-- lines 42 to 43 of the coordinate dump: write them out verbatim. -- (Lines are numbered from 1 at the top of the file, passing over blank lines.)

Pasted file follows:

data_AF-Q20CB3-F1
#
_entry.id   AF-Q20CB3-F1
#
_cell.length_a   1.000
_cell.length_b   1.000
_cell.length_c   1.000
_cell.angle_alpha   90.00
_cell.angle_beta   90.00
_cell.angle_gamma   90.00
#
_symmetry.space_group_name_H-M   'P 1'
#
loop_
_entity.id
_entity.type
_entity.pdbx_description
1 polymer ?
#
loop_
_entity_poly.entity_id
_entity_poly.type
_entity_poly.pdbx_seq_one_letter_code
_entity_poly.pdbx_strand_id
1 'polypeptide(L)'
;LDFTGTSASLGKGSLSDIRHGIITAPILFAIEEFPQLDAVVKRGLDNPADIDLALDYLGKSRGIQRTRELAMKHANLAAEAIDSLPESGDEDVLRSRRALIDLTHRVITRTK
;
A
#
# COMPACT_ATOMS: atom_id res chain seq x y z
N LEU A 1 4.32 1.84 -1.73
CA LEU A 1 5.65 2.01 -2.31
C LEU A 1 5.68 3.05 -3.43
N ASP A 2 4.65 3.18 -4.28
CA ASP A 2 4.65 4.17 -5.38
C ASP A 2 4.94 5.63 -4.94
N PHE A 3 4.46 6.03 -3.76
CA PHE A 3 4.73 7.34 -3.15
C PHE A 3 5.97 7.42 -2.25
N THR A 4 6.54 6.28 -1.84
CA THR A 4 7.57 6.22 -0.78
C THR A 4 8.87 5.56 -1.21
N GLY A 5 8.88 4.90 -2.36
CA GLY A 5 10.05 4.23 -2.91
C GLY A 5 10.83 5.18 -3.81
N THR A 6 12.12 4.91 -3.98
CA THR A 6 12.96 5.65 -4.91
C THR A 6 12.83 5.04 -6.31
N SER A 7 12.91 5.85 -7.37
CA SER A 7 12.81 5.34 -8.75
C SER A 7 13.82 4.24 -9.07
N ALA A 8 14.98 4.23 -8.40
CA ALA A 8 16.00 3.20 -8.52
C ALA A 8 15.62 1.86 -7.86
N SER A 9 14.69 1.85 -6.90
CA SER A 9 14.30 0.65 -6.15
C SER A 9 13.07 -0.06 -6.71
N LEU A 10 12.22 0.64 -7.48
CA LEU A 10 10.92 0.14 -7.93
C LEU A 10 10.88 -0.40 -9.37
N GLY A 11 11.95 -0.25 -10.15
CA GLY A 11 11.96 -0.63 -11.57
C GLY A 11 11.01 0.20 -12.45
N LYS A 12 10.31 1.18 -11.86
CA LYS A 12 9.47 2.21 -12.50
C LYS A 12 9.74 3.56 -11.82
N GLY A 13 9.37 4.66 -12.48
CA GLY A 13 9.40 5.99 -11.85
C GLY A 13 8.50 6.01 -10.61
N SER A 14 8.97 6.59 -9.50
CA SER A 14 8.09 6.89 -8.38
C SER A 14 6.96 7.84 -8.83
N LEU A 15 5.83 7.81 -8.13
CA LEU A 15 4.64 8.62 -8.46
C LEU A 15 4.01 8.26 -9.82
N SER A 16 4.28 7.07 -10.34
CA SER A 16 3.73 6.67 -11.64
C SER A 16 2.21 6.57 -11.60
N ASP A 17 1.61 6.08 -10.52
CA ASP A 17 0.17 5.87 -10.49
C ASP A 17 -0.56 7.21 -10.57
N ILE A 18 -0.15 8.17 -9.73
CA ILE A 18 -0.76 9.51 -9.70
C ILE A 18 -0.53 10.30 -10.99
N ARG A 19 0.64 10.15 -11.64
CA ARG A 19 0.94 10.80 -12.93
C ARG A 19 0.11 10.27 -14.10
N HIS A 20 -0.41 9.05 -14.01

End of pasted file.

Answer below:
C THR A 4 8.87 5.56 -1.21
N GLY A 5 8.88 4.90 -2.36